The BBC has said it is dealing with a “spike” in complaints of sexual harassment.
The deputy director general told MPs there had been a recent increase in the number of cases after the BBC encouraged staff to come forward.
Anne Bulford said the corporation is currently investigating 25 individuals for alleged sexual harassment.
Last year only three cases were investigated, with just one case in each of the two years before that.
In a statement, the BBC said: “Since the Harvey Weinstein revelations, we’ve been actively encouraging staff to come forward with any concerns.
“We hope other employers are doing the same, and when allegations are made, we have well-established processes to investigate.”
Anne Bulford told the House of Commons Digital, Culture, Media and Sport Select Committee that the BBC is looking into “25 live cases”.
However, not all are thought to relate to current staff. A number of the allegations are believed to be historic, involving people who have worked for the BBC or for third parties associated with the BBC in the past.
The deputy director general said: “We have to continue to encourage people to speak. Whether they’re current or whether they’re historic in relation to sexual harassment, the important thing is people come forward.”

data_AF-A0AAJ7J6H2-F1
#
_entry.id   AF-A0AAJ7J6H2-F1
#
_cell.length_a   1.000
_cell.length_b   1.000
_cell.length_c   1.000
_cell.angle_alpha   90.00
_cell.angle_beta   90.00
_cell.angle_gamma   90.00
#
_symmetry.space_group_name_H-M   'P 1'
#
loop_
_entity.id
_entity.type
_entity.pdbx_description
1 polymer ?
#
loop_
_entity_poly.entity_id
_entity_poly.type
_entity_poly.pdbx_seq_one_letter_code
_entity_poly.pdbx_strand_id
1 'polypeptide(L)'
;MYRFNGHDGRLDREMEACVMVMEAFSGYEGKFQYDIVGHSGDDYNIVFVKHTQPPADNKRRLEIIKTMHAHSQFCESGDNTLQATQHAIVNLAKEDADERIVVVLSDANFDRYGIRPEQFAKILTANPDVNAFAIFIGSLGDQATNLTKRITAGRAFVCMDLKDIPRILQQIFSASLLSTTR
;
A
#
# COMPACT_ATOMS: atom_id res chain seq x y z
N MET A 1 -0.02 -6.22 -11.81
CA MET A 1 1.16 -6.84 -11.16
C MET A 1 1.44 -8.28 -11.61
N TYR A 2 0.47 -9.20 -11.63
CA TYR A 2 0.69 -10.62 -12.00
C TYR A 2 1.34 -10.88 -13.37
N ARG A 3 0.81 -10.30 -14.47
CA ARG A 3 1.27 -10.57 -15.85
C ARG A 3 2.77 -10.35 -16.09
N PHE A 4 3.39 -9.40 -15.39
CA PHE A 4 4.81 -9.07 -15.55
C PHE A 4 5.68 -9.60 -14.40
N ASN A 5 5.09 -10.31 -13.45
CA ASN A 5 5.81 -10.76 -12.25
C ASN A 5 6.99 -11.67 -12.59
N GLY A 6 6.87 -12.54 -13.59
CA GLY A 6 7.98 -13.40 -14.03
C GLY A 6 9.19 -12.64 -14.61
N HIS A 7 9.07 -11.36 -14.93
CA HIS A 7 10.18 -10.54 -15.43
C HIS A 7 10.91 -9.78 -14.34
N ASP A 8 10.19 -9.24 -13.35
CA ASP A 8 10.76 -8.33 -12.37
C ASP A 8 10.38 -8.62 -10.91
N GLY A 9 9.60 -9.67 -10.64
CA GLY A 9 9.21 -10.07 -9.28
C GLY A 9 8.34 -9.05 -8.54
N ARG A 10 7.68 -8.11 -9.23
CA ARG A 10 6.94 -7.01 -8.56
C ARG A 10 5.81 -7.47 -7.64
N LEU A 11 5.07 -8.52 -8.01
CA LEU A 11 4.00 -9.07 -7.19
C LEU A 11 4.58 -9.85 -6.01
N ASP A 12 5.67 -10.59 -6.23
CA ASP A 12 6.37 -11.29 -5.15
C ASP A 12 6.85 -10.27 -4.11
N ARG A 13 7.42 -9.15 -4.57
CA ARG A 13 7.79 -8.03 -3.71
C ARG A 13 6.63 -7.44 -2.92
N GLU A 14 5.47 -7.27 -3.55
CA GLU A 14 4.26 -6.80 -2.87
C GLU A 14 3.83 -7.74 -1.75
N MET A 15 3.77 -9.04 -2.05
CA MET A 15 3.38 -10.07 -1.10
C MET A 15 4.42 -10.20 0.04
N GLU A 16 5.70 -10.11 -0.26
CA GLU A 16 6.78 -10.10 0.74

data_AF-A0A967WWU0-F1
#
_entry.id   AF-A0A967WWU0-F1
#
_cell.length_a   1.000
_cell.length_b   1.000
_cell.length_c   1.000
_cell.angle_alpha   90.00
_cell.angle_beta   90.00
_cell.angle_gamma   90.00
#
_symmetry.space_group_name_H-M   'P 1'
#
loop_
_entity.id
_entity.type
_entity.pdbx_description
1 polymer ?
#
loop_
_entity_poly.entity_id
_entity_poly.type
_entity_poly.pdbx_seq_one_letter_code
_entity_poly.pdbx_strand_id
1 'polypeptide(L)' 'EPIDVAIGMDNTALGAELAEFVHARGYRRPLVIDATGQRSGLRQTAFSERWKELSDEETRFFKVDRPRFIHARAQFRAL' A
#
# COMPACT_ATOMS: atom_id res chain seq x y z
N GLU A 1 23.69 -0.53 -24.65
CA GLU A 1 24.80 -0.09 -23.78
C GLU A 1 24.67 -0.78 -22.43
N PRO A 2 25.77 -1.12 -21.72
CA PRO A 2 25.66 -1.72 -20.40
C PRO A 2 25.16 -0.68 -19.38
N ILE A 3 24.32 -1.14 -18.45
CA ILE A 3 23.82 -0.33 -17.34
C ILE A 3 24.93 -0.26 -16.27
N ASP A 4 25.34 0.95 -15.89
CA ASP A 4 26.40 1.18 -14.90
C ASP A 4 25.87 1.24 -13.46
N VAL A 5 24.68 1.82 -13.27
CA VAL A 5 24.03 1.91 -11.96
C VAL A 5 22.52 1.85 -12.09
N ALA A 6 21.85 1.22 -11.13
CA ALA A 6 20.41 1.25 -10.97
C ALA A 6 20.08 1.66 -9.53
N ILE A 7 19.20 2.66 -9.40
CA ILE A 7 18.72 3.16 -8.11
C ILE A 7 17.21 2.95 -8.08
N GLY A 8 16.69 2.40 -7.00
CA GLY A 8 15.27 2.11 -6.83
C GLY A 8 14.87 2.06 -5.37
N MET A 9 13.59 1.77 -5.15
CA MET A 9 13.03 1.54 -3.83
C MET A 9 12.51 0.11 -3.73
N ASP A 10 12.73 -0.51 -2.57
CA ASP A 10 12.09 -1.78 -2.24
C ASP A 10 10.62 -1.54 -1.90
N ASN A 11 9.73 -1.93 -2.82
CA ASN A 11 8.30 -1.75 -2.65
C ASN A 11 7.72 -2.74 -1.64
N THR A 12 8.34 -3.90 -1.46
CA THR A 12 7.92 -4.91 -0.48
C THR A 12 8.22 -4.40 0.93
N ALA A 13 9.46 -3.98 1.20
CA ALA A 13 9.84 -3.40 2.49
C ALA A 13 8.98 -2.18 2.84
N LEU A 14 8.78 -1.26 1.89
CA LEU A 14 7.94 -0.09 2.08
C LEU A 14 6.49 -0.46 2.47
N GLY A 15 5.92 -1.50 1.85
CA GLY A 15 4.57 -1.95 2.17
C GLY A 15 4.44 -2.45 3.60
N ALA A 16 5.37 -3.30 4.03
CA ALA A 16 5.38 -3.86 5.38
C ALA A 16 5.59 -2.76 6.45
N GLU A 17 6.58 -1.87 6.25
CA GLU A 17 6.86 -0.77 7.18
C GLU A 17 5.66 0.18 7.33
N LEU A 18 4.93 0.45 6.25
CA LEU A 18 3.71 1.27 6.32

Ms Bulford also confirmed that issues raised by staff working with independent production companies and third party suppliers would be supported by the BBC’s confidential helpline, which was set up in the wake of the Jimmy Savile scandal.
Director general Tony Hall commented: “As far as harassment, bullying and… sexual harassment goes, we should have zero tolerance. That means making it as easy as possible to do the very difficult thing of coming forwards and calling out behaviour.”
Asked how many staff were currently suspended pending an investigation into sexual harassment, the BBC responded: “We can’t comment on individuals but treat any allegations seriously and have processes in place for investigating them.”